TAXPAYERS are facing a huge bill for the shameful misconduct of West Yorkshire Police officers which led to convictions in serious criminal cases being quashed, it can be revealed today.
Two men have launched claims for damages after spending a total of 20 years in prison on the basis of tainted evidence procured by officers who concealed a vast array of improper inducements to a supergrass.
Both Gary Mansell, from Manchester, whose conviction for murder was overturned, and Gary Ford, from Leeds, who had the majority of his convictions for robbery and burglary quashed, have formally served civil claims on West Yorkshire Police.
It can also be revealed that Mr Mansell’s solicitor is preparing a legal challenge against the Crown Prosecution Service (CPS) over its decision not to prosecute any police officers for their wrong doing despite a withering Supreme Court judgement which flatly stated officers had committed crimes.
Solicitors for both men are reluctant to comment on the potential level of damages but it is understood to be at least £250,000 for Mr Ford and potentially more for Mr Mansell.
On Saturday, we reported how a prolific career criminal, Karl Chapman, who admitted to more than 250 burglaries and robberies had turned “supergrass” to give evidence against criminal associates.
In return, he lived the high life whilst in police custody, being taken to pubs, allowed to take heroin and cannabis and being given money, which on one occasion he used to visit a Leeds brothel.
Leeds MPs Fabian Hamilton and George Mudie are calling for a full investigation into the case and for the police officers responsible –and the authorities who conducted probes into what happened – to be held accountable.
Today, we can reveal that:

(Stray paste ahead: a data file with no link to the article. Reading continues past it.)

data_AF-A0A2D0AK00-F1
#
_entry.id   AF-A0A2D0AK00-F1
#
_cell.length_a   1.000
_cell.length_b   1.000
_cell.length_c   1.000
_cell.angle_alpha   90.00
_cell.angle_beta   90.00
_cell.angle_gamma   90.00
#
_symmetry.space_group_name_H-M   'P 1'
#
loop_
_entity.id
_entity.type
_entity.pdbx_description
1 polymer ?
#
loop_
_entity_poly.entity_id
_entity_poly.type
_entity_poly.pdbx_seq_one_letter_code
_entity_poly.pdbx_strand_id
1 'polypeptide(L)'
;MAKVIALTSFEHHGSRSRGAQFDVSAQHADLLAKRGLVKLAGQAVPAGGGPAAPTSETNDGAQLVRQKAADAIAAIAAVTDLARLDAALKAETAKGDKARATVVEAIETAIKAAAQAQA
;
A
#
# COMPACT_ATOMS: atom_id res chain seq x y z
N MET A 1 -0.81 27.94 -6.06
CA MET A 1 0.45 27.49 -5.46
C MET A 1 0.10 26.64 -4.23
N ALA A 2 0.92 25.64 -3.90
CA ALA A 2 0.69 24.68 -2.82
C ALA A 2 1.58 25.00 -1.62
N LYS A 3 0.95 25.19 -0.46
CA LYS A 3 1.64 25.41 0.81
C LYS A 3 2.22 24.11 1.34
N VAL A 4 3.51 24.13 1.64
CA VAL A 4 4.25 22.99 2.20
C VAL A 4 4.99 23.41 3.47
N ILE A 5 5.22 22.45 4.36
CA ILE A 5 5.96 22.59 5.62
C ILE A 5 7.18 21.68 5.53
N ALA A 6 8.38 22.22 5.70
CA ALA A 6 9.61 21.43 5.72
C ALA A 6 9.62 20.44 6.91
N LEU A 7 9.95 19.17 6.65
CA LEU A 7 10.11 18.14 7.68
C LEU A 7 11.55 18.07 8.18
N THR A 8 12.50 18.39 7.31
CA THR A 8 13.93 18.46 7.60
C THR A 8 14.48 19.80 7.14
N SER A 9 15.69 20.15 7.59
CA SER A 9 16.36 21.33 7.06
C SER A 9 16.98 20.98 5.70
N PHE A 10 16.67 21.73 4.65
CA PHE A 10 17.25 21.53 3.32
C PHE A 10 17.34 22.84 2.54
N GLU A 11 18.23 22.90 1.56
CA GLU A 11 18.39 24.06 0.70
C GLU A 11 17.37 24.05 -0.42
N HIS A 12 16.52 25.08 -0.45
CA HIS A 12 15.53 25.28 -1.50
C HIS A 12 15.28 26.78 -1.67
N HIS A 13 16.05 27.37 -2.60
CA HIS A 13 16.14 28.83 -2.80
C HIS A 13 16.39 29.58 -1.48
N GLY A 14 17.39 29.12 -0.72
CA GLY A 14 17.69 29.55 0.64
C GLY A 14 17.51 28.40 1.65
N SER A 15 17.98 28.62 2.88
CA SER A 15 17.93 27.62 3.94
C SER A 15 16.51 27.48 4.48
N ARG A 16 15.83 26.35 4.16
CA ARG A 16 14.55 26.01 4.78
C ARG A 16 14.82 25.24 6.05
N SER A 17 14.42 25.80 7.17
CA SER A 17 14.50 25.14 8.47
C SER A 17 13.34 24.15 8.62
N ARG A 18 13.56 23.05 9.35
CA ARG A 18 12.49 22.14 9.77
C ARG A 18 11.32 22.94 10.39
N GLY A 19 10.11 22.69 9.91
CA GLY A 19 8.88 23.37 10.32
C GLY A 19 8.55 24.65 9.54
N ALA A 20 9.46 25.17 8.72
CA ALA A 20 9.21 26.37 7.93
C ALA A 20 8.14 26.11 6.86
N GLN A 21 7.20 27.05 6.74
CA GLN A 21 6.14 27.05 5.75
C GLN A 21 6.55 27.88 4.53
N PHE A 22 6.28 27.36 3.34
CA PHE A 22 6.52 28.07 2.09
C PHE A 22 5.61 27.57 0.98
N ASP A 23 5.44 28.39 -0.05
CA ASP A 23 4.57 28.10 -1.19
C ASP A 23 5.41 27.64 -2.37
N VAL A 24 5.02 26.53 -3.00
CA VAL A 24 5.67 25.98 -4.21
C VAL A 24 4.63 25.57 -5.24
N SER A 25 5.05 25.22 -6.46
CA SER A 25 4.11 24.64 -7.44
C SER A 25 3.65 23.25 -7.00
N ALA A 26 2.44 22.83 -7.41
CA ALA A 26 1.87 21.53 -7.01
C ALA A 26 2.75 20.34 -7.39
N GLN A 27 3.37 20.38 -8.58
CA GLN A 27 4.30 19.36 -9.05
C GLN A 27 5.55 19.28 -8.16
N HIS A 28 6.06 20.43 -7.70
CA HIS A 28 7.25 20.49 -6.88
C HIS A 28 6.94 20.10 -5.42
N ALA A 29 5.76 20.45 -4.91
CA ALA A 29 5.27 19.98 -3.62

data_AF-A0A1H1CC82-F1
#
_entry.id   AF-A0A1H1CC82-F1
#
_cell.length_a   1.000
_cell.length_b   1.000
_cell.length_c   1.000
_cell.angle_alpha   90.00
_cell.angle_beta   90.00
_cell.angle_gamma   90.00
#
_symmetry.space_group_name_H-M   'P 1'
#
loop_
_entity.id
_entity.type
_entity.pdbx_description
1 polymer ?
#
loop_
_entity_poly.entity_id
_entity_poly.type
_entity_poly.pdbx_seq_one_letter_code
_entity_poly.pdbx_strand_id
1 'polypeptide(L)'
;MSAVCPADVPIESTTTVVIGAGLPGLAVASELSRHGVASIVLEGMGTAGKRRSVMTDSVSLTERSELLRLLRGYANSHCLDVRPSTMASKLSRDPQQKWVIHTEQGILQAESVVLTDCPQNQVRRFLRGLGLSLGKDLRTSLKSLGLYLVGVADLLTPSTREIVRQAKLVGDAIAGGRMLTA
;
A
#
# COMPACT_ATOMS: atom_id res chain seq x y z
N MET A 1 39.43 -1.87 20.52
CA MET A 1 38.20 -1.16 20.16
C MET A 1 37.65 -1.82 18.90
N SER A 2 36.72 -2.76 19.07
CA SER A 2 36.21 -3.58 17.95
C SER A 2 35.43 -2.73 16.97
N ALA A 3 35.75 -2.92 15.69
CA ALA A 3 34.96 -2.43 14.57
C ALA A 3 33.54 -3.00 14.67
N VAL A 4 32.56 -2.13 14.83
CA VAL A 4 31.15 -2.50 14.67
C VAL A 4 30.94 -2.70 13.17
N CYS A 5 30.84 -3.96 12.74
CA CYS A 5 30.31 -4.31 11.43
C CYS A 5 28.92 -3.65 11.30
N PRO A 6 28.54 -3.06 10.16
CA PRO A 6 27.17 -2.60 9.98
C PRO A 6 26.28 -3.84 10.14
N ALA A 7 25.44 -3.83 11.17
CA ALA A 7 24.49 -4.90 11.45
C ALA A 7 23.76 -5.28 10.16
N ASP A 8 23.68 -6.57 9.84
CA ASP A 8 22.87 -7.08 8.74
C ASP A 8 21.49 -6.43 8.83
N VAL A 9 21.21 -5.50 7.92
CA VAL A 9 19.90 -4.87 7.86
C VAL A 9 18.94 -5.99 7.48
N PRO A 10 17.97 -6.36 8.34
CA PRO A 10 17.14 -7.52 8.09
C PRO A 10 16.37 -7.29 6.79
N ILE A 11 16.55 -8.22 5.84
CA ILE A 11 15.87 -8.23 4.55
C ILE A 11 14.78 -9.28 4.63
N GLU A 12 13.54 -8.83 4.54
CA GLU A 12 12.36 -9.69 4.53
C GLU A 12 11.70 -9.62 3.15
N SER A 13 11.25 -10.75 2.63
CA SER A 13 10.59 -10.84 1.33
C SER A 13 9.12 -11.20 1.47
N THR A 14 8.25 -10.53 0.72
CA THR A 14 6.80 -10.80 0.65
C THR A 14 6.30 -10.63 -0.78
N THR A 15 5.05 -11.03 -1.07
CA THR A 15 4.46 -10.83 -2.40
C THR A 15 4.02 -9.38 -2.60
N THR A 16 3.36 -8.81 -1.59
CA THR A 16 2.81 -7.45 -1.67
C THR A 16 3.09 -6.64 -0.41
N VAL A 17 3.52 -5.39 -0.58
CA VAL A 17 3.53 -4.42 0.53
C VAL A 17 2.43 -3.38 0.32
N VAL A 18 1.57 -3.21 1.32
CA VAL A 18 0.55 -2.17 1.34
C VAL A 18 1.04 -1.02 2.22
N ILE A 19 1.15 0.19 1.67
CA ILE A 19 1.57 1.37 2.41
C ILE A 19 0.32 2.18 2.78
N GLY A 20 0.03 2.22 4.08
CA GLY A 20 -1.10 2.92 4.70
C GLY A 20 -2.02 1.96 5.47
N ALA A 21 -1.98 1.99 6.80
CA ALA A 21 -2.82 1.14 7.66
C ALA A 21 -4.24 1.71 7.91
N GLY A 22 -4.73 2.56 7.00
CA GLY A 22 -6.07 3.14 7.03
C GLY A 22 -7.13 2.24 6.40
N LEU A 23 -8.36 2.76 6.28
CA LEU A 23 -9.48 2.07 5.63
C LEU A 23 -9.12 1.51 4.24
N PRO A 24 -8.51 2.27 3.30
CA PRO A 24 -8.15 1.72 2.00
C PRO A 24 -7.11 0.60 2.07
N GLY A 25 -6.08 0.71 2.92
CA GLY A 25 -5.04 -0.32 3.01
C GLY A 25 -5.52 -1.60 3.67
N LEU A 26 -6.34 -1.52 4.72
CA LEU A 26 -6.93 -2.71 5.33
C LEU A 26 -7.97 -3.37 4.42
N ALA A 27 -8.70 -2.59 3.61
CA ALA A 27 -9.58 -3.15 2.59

l Officers allowed Chapman to use heroin during a covert operation to talk to a murder suspect in Huddersfield
l Cannabis was smoked in a police car escorting Chapman back to prison
l A police officer became so drunk in Millgarth police station that Chapman put him to bed in a cell
Chapman assaulted a female police officer he was in a relationship with, but he was not arrested
Matthew Gold, the solicitor representing Mr Mansell, told the Yorkshire Evening Post that if the CPS does not explain its decision not to charge any officers it will face the threat of a judicial review.
He added that a formal claim for damages has been lodged with West Yorkshire Police. The force is due to serve its defence this month.
Mr Mansell spent 12 years in jail, including on remand, before his conviction for the murder of Wakefield pensioner Joe Smales was quashed in 2009. He was originally convicted with his brother Paul Maxwell whose conviction was also quashed before he pleaded guilty at a retrial.
Susie Labinjoh, the solicitor representing Gary Ford, confirmed that a civil claim for malicious prosecution and misfeasance in public office had been served on West Yorkshire Police in June last year. She has also made a formal complaint to the force about the officers’ conduct.
Mr Ford, formerly of Leeds, was originally sentenced to 25 years in prison in 1996 for a string of bogus official burglaries and robberies. He was convicted largely on the tainted evidence of Chapman, who was his accomplice, and in 2009 his sentence was reduced to 11 years.
Including his time on remand, Mr Ford spent 15 years in prison when, taking the early release scheme into account, he would otherwise have spent seven years inside. West Yorkshire Police confirmed proceedings had been issued against the force and no further comment could be made.
The YEP investigation draws on a previously undisclosed 263-page report compiled by the Criminal Cases Review Commission (CCRC) which led to the murder convictions being quashed in 2009 and hundreds more documents from Operation Douglas, the £3m North Yorkshire Police inquiry whose findings informed the report.
The CCRC report details how West Yorkshire Police corrupted the prosecutions of Paul Maxwell and Danny Mansell by concealing an astonishing array of favours and cash payments given to Chapman. The contents were accepted unchallenged by the Court of Appeal when the convictions were quashed and later by the Supreme Court.